Anchored by Jake Tapper, The Lead airs at 4 p.m. ET on CNN.
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(CNN) – A look back on the many legends we lost in 2013.
We should also never forget the American forces we lost over the past year - we can only hope they knew the depths of our gratitude for their service and sacrifice.
(CNN) - If 2013 was the year of the selfie, what will 2014 be? If you believe AARP magazine, it will be "The Year of the Boomer," because 2014 is when the last of the boomer generation – those born between 1946 and 1964 – turns fifty.
What really ties all the different kinds of baby boomers together "is being raised in an era of peace, prosperity, economic growth, stability, and optimism," journalist P.J. O'Rourke, author of "The Baby Boom," tells "CNN's The Lead with Jake Tapper."
(CNN) - It was the best of times, it was the worst of times – a year of dizzying highs and abysmal lows; heroic wins and crushing losses; filibusters, feuds, and flubs; and even a few precious moments of compromise.
So what moments defined 2013? And which will set the stage for the new year?
National Review senior editor Ramesh Ponnuru, host of The Washington Post's "In Play" Jackie Kucinich, and CNN political commentator and Democratic strategist Donna Brazile share their picks for the biggest mistakes of 2013, the most inspiring moments, and name a few rising political stars.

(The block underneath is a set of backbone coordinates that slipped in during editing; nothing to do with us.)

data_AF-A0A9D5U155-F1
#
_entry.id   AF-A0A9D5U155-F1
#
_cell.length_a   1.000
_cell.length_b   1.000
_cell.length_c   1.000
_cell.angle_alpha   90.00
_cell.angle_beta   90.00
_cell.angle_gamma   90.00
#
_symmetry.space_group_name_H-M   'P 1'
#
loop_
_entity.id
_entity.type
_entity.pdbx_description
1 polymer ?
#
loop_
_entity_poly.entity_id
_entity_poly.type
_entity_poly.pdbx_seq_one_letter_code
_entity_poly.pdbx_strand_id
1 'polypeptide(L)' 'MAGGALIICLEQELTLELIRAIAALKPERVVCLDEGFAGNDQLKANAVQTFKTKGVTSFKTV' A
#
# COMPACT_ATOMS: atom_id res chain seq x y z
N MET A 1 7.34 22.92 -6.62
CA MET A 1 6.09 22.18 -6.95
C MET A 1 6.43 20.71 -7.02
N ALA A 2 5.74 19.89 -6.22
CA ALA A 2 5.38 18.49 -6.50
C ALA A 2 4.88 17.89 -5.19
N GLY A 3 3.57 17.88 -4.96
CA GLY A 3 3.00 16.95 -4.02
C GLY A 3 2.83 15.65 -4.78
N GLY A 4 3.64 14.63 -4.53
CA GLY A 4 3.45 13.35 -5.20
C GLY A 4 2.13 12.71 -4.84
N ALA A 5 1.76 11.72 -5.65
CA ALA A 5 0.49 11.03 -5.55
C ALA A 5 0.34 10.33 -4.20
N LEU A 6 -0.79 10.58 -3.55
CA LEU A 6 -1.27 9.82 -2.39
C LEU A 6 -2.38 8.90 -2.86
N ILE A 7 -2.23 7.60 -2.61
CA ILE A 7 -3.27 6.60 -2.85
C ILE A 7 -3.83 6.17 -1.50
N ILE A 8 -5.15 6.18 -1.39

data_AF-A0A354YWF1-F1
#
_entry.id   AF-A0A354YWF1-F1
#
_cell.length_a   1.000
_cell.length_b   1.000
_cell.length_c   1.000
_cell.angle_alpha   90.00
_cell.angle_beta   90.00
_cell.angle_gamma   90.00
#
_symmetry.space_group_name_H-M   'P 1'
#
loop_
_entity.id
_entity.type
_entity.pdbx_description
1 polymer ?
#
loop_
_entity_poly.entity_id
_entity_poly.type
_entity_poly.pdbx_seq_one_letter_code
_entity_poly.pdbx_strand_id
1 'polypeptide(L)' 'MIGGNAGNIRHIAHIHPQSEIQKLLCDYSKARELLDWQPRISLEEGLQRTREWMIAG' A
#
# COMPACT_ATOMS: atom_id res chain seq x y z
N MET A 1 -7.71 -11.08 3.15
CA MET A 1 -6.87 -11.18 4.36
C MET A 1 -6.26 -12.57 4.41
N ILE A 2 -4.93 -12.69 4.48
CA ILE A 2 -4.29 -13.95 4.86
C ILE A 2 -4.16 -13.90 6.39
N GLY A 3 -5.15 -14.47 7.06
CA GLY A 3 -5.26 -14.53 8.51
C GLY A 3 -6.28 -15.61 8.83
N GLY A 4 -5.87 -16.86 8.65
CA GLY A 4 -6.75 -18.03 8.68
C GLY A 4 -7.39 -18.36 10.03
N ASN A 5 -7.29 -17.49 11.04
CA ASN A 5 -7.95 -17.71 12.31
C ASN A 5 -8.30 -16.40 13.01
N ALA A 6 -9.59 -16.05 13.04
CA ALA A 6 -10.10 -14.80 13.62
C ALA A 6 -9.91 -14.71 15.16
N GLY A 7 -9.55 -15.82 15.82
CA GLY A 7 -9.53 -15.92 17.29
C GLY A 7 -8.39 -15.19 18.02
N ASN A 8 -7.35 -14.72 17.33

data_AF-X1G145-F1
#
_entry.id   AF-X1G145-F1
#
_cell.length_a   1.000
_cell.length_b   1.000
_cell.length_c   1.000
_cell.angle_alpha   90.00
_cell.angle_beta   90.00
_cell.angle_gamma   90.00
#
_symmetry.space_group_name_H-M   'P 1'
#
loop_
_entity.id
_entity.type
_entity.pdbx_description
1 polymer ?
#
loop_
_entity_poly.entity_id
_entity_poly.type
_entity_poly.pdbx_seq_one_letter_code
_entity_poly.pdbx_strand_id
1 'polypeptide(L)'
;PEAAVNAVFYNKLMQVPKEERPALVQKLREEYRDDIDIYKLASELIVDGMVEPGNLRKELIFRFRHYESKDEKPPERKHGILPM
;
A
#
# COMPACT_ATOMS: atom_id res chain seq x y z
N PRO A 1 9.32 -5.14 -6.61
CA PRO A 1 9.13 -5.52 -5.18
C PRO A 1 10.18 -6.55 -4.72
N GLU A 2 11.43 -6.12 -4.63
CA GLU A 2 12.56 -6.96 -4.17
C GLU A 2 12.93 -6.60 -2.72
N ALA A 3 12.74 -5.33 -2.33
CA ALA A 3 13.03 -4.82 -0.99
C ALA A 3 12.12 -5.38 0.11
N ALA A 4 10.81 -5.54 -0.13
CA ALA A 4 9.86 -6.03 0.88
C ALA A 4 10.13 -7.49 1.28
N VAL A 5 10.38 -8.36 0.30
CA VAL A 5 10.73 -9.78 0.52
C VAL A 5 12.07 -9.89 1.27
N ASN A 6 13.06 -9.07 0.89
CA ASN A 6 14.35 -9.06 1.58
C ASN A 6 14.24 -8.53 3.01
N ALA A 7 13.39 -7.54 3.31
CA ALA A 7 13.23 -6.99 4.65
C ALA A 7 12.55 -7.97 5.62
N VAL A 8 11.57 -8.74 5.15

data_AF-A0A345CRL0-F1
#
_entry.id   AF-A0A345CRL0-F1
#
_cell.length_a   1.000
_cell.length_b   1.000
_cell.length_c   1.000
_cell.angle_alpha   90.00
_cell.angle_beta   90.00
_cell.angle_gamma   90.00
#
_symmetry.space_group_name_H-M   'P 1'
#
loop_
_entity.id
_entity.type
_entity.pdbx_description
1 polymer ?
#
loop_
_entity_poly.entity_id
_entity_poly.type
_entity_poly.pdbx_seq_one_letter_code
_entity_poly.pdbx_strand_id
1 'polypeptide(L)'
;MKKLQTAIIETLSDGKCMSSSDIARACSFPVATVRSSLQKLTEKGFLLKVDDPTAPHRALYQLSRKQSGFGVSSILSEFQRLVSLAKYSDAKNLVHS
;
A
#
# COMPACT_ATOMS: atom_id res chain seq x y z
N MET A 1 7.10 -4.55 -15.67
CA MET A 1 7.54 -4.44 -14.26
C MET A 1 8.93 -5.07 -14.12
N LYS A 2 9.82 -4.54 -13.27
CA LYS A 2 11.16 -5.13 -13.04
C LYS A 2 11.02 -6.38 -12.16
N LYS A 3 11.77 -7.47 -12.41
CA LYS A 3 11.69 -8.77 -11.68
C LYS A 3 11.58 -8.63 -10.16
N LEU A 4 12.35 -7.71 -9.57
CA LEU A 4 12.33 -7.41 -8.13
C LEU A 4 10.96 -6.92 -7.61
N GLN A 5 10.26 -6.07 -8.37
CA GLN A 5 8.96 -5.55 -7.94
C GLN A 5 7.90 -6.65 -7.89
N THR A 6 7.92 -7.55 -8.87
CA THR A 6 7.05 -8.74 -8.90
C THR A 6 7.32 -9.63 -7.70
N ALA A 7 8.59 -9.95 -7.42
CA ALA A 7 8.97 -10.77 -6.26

(CNN) - It may have been the least productive year for Congress in history, at least in terms of passing laws – fewer than 60 of which made it through the House and Senate and were signed by President Barack Obama.
Across the country, however, state lawmakers were busy getting more than 40,000 bills passed, ones that tackle everything from drones to food stamp benefits.
(CNN) - Researchers and reporters stranded on a ship stuck in the Antarctic rang in the new year in good spirits, despite being trapped by 10-foot thick ice for more than a week.
"Our message to everyone would be to have a happy new year. We had ours first. 2014's great. Come join us," said The Guardian's science correspondent Alok Jha.
The message for families and friends of the 74 members of the Australasian Antarctic Expedition is not to worry, "we're all very safe here," Jha told CNN's "The lead with Jake Tapper." "There's no imminent danger."